And finally, I found that I'd forgotten to put a resistor connecting the data pin of the temperature to +5v. I wired that in line, and off we went.
All of these issues will be rectified in the next version of the boards, but considering its my first crack at getting something made, I'm pretty pleased with the results. Especially as it does actually work!
I had 5 of the brewswitch boards manufactured by Fritzing. They turned up and look great:-
Next job, solder one up and see how it works!
Big up to SoMakeIt - the Southampton maker space; if you're in this part of the world and into making, you need to get yourself along!
As much as I would have loved to go to WWDC this year, I decided that if I had a couple of grand spare (haha!) or perhaps rather less, that I would rather spend it on being part of the maker revolution - hence the eShapeOko post from the other day; and now 3d printing.
As a first foray into this field, I'm lucky enough as a member of SoMakeIt to have access to the 3D printer that member Chris has lent to the space (in part in thanks for all the expertise from Bracken and others that has helped get it running). I figured that a good place to start (apart from the inevitable Minecraft stuff that my son would undoubtedly like me to print) would be a few bits for the eShapeOko.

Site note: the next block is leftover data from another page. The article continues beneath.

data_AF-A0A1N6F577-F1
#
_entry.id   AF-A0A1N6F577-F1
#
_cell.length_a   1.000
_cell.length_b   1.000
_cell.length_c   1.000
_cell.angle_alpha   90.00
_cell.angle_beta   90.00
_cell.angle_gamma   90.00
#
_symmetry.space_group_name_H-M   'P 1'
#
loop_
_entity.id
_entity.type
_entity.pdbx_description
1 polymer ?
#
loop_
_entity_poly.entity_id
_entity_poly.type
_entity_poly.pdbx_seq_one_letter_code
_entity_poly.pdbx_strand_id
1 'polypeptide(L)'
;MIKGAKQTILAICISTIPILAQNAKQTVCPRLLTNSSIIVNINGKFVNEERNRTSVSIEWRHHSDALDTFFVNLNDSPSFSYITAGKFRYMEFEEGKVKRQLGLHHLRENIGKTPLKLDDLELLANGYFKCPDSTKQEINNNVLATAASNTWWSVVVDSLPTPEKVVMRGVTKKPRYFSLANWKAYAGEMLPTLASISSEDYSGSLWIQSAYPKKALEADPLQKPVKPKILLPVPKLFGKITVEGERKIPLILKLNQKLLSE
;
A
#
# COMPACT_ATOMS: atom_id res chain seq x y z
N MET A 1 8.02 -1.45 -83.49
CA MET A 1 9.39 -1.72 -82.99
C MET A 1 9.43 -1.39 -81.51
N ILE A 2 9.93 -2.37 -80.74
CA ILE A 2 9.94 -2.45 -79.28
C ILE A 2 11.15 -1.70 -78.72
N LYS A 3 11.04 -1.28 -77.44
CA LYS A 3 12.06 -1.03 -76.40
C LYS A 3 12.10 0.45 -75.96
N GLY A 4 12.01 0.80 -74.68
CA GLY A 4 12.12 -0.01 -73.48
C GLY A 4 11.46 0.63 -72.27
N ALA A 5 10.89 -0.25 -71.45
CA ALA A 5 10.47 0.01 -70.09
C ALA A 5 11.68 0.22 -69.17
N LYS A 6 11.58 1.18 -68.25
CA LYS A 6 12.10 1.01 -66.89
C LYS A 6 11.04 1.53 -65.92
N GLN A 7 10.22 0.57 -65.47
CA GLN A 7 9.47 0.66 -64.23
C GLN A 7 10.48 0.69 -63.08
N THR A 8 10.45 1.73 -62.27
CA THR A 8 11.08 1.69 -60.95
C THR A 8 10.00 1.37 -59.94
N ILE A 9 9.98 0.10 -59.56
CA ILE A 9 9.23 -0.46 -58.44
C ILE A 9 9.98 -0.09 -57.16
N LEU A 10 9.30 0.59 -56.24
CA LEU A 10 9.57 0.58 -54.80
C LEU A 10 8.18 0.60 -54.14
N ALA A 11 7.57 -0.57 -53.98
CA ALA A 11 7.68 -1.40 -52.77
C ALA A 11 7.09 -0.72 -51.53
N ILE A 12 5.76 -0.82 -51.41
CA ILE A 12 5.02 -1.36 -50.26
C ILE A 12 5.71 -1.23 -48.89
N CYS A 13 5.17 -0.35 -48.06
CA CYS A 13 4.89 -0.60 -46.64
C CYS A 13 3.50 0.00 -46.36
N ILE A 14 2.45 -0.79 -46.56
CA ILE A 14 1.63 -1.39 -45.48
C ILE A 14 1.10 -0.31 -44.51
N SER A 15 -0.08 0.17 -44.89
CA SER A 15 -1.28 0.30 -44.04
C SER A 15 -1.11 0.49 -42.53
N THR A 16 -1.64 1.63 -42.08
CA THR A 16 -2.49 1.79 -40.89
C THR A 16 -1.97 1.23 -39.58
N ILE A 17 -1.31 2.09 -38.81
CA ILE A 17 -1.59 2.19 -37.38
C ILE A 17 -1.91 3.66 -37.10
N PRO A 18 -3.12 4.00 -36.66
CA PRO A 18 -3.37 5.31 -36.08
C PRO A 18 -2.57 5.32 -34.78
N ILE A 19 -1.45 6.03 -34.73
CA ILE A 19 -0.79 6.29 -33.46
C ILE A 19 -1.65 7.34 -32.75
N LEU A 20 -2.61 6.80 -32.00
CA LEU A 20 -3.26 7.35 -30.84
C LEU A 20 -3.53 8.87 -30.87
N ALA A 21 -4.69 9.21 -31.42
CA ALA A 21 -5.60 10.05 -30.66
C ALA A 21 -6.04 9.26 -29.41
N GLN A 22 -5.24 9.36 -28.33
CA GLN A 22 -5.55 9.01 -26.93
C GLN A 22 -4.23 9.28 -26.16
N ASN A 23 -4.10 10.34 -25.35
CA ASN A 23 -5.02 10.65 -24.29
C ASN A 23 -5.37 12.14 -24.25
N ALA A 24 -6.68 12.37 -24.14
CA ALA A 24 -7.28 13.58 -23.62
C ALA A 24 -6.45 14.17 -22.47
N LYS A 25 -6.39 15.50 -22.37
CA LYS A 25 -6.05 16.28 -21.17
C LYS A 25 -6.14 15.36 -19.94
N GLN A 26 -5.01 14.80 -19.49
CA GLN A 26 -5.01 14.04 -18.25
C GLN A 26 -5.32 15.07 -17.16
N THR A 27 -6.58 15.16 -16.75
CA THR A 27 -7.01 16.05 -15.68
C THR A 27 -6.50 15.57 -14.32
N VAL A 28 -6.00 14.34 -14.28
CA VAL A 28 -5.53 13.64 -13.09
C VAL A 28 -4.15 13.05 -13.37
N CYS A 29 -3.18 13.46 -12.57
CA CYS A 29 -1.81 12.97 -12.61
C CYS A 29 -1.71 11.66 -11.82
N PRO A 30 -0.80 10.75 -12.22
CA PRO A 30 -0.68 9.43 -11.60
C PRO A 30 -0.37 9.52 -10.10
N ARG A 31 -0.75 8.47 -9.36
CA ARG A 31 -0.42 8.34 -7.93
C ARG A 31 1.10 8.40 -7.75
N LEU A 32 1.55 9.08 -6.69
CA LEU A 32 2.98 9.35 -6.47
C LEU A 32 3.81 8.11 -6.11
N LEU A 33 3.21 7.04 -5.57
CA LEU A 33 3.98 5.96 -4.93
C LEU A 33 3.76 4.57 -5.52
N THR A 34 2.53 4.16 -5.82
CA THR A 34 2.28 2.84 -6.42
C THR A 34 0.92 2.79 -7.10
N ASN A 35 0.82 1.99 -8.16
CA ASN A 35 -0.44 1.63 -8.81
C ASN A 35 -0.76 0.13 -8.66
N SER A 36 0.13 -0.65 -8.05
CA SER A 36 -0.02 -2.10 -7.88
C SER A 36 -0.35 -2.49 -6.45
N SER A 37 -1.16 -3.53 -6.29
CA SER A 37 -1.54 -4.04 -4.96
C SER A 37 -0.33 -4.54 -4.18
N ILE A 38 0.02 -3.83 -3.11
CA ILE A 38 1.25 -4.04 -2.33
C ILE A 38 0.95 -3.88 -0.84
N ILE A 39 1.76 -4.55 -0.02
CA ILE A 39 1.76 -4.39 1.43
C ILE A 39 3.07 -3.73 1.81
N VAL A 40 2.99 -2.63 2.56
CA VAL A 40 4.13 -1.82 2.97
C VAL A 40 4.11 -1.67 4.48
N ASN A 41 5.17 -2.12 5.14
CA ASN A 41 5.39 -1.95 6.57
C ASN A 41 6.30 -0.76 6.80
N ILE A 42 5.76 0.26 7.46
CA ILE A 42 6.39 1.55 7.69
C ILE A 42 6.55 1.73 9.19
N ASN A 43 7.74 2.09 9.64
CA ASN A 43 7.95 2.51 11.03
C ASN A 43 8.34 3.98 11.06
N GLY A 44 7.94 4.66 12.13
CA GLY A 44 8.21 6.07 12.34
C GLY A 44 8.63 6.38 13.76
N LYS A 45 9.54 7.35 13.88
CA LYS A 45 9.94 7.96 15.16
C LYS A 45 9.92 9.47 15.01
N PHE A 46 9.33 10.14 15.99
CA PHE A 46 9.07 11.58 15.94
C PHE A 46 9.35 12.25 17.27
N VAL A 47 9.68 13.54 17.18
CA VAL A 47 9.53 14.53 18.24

Thanks to Thingiverse I was able to find this cable chain which looks ideal for keeping the router's cables out of the way whilst its moving, a series of pen holders and an Arduino (Uno) Altoids Insert.
And thanks to standing on the shoulders of those who've been there before I was able to get Slic3r configured using a config file pre-prepared for the SoMakeIt 3d-printer.
Starting with the simplest model - the Arduino altoids insert - I downloaded the .stl file, imported it into the configured slic3r app and exported the GCode.
With that I was ready to import into Pronterface and do my print! (Next time I'll cover the printing itself)
This hacklet consists of a couple of images from my time playing with Fritzing to design the next iteration of the Brew Temperature Switch.